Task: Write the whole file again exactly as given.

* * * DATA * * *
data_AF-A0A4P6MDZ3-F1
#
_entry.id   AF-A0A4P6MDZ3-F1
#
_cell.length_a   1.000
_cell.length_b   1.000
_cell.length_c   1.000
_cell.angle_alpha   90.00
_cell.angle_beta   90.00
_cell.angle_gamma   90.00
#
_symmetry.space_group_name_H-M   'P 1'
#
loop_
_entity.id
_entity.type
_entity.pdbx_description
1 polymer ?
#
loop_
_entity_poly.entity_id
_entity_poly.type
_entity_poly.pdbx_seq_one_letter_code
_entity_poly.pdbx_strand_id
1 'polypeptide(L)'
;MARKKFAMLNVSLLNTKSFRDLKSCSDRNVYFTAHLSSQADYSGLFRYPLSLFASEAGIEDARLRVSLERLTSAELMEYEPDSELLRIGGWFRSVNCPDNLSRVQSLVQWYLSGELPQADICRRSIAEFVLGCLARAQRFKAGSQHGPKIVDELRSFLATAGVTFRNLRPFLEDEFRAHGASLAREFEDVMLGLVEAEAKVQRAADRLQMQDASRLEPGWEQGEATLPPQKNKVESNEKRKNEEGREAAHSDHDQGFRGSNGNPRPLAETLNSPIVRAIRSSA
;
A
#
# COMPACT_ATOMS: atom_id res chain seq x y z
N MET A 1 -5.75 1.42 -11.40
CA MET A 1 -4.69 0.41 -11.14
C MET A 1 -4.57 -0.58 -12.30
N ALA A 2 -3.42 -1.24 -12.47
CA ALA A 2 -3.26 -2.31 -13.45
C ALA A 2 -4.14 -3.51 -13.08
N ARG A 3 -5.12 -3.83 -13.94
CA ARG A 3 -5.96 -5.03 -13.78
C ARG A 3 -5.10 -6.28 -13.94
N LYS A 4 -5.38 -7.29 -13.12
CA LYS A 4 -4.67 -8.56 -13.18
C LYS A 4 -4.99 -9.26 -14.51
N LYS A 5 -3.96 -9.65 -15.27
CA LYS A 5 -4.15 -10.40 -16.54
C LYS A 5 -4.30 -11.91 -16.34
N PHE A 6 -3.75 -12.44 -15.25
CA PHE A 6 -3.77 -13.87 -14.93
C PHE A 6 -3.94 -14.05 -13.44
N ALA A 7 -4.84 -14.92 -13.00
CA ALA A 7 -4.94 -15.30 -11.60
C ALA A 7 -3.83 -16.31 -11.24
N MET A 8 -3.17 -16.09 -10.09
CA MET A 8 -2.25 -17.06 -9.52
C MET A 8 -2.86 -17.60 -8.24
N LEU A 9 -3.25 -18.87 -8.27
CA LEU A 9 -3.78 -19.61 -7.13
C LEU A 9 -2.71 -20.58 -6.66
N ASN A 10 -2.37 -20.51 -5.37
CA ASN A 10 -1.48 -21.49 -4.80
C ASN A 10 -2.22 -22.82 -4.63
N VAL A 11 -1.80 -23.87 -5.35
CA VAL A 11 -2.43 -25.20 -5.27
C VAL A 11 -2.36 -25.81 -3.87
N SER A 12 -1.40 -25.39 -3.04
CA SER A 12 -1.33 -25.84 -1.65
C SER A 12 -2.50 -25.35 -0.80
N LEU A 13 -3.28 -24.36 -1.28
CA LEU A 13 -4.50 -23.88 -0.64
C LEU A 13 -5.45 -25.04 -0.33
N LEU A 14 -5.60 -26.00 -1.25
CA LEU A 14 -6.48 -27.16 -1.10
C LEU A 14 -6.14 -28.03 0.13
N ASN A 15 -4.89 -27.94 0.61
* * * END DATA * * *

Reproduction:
data_AF-A0A4P6MDZ3-F1
#
_entry.id   AF-A0A4P6MDZ3-F1
#
_cell.length_a   1.000
_cell.length_b   1.000
_cell.length_c   1.000
_cell.angle_alpha   90.00
_cell.angle_beta   90.00
_cell.angle_gamma   90.00
#
_symmetry.space_group_name_H-M   'P 1'
#
loop_
_entity.id
_entity.type
_entity.pdbx_description
1 polymer ?
#
loop_
_entity_poly.entity_id
_entity_poly.type
_entity_poly.pdbx_seq_one_letter_code
_entity_poly.pdbx_strand_id
1 'polypeptide(L)'
;MARKKFAMLNVSLLNTKSFRDLKSCSDRNVYFTAHLSSQADYSGLFRYPLSLFASEAGIEDARLRVSLERLTSAELMEYEPDSELLRIGGWFRSVNCPDNLSRVQSLVQWYLSGELPQADICRRSIAEFVLGCLARAQRFKAGSQHGPKIVDELRSFLATAGVTFRNLRPFLEDEFRAHGASLAREFEDVMLGLVEAEAKVQRAADRLQMQDASRLEPGWEQGEATLPPQKNKVESNEKRKNEEGREAAHSDHDQGFRGSNGNPRPLAETLNSPIVRAIRSSA
;
A
#
# COMPACT_ATOMS: atom_id res chain seq x y z
N MET A 1 -5.75 1.42 -11.40
CA MET A 1 -4.69 0.41 -11.14
C MET A 1 -4.57 -0.58 -12.30
N ALA A 2 -3.42 -1.24 -12.47
CA ALA A 2 -3.26 -2.31 -13.45
C ALA A 2 -4.14 -3.51 -13.08
N ARG A 3 -5.12 -3.83 -13.94
CA ARG A 3 -5.96 -5.03 -13.78
C ARG A 3 -5.10 -6.28 -13.94
N LYS A 4 -5.38 -7.29 -13.12
CA LYS A 4 -4.67 -8.56 -13.18
C LYS A 4 -4.99 -9.26 -14.51
N LYS A 5 -3.96 -9.65 -15.27
CA LYS A 5 -4.15 -10.40 -16.54
C LYS A 5 -4.30 -11.91 -16.34
N PHE A 6 -3.75 -12.44 -15.25
CA PHE A 6 -3.77 -13.87 -14.93
C PHE A 6 -3.94 -14.05 -13.44
N ALA A 7 -4.84 -14.92 -13.00
CA ALA A 7 -4.94 -15.30 -11.60
C ALA A 7 -3.83 -16.31 -11.24
N MET A 8 -3.17 -16.09 -10.09
CA MET A 8 -2.25 -17.06 -9.52
C MET A 8 -2.86 -17.60 -8.24
N LEU A 9 -3.25 -18.87 -8.27
CA LEU A 9 -3.78 -19.61 -7.13
C LEU A 9 -2.71 -20.58 -6.66
N ASN A 10 -2.37 -20.51 -5.37
CA ASN A 10 -1.48 -21.49 -4.80
C ASN A 10 -2.22 -22.82 -4.63
N VAL A 11 -1.80 -23.87 -5.35
CA VAL A 11 -2.43 -25.20 -5.27
C VAL A 11 -2.36 -25.81 -3.87
N SER A 12 -1.40 -25.39 -3.04
CA SER A 12 -1.33 -25.84 -1.65
C SER A 12 -2.50 -25.35 -0.80
N LEU A 13 -3.28 -24.36 -1.28
CA LEU A 13 -4.50 -23.88 -0.64
C LEU A 13 -5.45 -25.04 -0.33
N LEU A 14 -5.60 -26.00 -1.25
CA LEU A 14 -6.48 -27.16 -1.10
C LEU A 14 -6.14 -28.03 0.13
N ASN A 15 -4.89 -27.94 0.61